Europe in new migrant standoff as figures show scale of crisis



BUDAPEST, HUNGARY, Peter Murphy with Nina Lamparski in Vienna- Hundreds of migrants demanding to travel to Germany faced off with police outside Budapest's main railway station late Tuesday, as new figures highlighted the unprecedented scale of Europe's refugee crisis.
More than 350,000 people, many from war-torn Syria, have made the perilous crossing of the Mediterranean so far this year, the International Organization for Migration (IOM) said.



Police cleared and briefly shut Budapest's Keleti station a day after thousands of migrants boarded trains for Germany and Austria.
As night fell, around 500 mainly Syrian migrants, still blocked from the station entrance by a police line, chanted "Germany! Germany! Hungary, let us go!".
Some held improvised placards from cardboard boxes calling for the UN to step in, while a protestor hoisted on another's shoulders held up a Germany football shirt to cheers.
The police continued to hold back, though, and by midnight the tension had eased, with most of the migrants retreating to a nearby makeshift refugee shelter to sleep, many vowing to return to the station entrance in the morning.
"What else can I do," Ahmad Orabi, a 25 year-old Syrian from Homs, told AFP. "I've come so far, I can't give up now."
Hungarian railway authorities said earlier they would allow "only those in possession of the appropriate travel documents and -- if necessary -- a visa" to board trains travelling to western Europe.
In a statement posted on their website, the Hungarian police said they would "continue to carry out (their) duties in accordance with the Schengen rules on border control."
The ban was enforced just 24 hours after police had unexpectedly allowed people stuck for days in camps to leave Budapest, with hundreds surging onto trains bound for Germany and Austria, despite many not having EU visas.
This saw the highest number of migrants entering Austria in a single day this year, with police saying 3,650 arrived in Vienna by train on Monday.
Many continued on to Germany, which last week eased asylum restrictions for Syrian refugees.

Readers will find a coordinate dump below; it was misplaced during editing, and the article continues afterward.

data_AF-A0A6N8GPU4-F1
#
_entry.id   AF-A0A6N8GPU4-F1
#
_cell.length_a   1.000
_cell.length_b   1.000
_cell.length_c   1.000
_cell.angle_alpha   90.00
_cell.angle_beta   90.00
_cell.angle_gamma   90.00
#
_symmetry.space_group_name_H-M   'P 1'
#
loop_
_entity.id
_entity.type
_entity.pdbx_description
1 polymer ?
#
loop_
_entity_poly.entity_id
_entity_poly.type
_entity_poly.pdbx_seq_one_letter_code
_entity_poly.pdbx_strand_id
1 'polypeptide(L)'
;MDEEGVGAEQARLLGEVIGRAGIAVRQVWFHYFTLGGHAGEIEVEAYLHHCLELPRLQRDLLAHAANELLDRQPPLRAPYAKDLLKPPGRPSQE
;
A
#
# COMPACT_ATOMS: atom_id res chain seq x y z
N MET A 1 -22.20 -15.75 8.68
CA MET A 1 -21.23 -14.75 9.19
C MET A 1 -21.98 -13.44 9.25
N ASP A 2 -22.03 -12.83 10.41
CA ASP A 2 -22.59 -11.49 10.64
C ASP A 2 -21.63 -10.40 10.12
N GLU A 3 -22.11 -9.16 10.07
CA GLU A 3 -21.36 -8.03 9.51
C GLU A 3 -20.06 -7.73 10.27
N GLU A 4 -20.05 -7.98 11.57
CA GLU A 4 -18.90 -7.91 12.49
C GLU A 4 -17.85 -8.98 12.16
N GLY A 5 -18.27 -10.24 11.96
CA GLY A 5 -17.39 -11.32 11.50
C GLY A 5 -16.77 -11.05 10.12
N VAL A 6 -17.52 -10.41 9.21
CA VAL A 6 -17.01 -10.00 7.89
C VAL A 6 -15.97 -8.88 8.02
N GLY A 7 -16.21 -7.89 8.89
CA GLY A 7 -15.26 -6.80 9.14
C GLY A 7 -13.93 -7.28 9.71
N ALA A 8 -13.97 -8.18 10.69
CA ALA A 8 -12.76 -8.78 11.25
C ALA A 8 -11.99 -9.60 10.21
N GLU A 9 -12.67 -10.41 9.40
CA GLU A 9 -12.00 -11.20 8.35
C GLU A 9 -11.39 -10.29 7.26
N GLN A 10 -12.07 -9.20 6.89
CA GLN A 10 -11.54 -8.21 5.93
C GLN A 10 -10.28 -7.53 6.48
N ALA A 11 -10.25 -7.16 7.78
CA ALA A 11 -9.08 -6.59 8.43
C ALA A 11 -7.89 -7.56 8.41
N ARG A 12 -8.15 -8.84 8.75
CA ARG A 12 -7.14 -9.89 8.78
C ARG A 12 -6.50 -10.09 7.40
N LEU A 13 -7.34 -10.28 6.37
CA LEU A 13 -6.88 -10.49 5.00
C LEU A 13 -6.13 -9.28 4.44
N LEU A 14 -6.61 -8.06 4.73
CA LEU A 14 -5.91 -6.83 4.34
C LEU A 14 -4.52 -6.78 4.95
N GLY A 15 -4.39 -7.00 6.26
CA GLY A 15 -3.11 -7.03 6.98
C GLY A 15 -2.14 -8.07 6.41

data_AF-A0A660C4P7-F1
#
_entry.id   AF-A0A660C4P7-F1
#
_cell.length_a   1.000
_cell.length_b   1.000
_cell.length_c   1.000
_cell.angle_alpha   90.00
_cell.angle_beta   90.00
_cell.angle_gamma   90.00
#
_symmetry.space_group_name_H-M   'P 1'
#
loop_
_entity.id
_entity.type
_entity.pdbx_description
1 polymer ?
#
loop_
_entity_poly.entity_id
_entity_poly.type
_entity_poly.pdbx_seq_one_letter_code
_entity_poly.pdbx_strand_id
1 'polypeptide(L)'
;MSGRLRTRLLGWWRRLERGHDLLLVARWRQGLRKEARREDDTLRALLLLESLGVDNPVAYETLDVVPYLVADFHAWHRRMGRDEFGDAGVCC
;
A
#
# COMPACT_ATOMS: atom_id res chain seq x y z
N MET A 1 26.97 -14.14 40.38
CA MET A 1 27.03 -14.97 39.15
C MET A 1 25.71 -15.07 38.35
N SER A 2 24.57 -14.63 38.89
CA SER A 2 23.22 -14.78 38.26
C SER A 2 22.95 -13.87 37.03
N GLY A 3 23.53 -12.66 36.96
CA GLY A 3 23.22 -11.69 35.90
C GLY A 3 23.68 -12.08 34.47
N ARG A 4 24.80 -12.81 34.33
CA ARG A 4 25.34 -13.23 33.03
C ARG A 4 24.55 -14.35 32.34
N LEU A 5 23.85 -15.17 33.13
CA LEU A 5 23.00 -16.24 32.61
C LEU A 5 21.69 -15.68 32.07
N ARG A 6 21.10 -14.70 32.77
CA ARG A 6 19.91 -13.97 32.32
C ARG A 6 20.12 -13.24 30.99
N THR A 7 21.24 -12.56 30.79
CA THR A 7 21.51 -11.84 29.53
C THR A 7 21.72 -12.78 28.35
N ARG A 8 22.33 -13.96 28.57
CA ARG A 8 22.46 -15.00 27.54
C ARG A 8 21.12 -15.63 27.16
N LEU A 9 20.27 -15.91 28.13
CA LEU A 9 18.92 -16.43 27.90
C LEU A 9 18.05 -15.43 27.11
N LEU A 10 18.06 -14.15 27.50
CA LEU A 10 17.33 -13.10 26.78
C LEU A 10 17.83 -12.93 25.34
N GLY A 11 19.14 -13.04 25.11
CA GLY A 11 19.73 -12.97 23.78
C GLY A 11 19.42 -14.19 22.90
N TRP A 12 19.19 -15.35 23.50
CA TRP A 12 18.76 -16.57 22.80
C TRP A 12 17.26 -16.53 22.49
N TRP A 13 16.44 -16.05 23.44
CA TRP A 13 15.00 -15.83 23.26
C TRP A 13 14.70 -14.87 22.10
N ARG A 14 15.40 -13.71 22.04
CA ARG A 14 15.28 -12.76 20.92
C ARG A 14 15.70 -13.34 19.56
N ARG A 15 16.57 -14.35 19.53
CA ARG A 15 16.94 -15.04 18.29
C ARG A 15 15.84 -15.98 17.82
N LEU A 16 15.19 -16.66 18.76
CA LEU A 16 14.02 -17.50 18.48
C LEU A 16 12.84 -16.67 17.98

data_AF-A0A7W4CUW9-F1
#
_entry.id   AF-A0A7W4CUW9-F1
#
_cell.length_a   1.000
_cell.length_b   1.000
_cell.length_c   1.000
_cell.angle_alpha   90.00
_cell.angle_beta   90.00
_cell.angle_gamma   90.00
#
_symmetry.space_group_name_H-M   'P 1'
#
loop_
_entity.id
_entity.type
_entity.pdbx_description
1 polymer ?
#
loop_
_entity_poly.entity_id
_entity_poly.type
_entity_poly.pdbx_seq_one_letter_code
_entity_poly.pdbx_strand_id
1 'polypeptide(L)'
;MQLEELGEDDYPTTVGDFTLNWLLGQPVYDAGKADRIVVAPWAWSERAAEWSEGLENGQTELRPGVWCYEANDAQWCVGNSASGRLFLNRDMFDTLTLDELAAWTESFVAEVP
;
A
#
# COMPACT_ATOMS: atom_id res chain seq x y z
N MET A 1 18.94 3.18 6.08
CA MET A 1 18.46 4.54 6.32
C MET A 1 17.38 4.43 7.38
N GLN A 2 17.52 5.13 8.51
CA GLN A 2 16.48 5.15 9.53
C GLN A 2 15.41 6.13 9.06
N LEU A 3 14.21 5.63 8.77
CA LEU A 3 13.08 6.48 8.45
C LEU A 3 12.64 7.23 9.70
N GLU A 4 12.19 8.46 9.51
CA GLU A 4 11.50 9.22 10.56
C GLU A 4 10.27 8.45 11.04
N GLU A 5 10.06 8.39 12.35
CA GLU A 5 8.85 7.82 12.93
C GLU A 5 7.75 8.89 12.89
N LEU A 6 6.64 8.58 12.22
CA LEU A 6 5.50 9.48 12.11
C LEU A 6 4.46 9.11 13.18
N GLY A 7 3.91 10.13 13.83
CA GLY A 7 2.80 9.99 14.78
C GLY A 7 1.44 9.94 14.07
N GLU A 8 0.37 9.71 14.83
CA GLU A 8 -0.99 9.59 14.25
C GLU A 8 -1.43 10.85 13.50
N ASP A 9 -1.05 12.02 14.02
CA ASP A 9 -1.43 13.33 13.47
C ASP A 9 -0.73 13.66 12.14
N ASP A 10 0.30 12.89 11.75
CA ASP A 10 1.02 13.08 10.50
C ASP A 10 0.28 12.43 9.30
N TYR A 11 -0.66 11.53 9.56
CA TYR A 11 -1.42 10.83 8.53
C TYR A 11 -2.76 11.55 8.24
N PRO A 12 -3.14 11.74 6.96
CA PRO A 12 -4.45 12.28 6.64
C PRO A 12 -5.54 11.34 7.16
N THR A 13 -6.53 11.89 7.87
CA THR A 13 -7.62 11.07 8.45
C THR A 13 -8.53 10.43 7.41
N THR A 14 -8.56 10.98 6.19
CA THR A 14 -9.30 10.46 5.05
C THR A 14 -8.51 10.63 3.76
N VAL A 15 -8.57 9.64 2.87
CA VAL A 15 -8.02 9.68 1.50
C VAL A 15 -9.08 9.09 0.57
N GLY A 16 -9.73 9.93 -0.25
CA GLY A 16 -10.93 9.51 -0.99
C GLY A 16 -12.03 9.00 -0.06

German police said a record 3,500 asylum-seekers had turned up in Bavaria on Tuesday. Sweden also said the number of asylum requests there was nearing historic levels.
- Record influx -
The latest flashpoint, one of several recent standoffs at borders and transport hubs across the continent, came as the IOM published new figures revealing the scale of Europe's biggest migrant crisis since World War II.
Out of the 350,000 arrivals by sea so far this year, 234,770 alone were in Greece, it said.
That figure by itself is more than the entire Europe-wide total for all of 2014.
At least 2,600 died trying to reach Europe, either by drowning or suffocating in packed or unseaworthy boats, the agency said.
Stories of refugees dying in horrific conditions crammed inside lorries have piled the pressure on the EU, which has scheduled emergency talks for September 14.
The influx is Europe's "greatest challenge", Spanish Prime Minister Mariano Rajoy said Tuesday during talks in Berlin with German Chancellor Angela Merkel.
Within the EU, the crisis has stoked friction over burden-sharing -- about help for "frontline" nations where the migrants arrive by sea or land, and about sharing out the numbers who are granted asylum.
Much-flouted EU rules, known as the Dublin regulation, say refugees should be processed in the first country they reach.
But the human tide is so great that this system is now badly under strain.
Hungary, where 50,000 migrants arrived in August, insists it cannot cope and has built a razor-wire fence along its border with Serbia.
France has slammed the fence as "scandalous" while Austria has accused Hungary of being "sloppy" in applying the Dublin rules. The Hungarian government has summoned the ambassadors of both countries to explain the remarks.
In Slovakia, meanwhile, police stopped several hundred far-right protestors from entering the village of Gabcikovo, south of Bratislava, which is due to host around 500 migrants after a deal with their current host Austria.
Another anti-migrant protest took place in the city of Trnava, northwest of the capital.
The migrants' plight was brought sharply into focus last week after 71 people, including four children, were found dead in an abandoned truck on an Austrian motorway near the Hungarian border. Police in Hungary and Bulgaria have made six arrests.
Austrian police said on Tuesday they had rescued 24 young Afghan migrants crammed inside a van that was like a "prison cell on wheels".
"The car was carrying 24 Afghan minors, most aged around 16 or 17. They had been packed into this dangerous vehicle like objects, crammed on top of each other into a very small space," a spokesman told AFP.
The EU's Frontex border agency said a brisk trade in fake Syrian passports had emerged, mostly in Turkey.
"They know Syrians get the right to asylum in the European Union," Fabrice Leggeri told French radio station Europe 1.
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Wednesday, September 2nd 2015
Peter Murphy with Nina Lamparski
           


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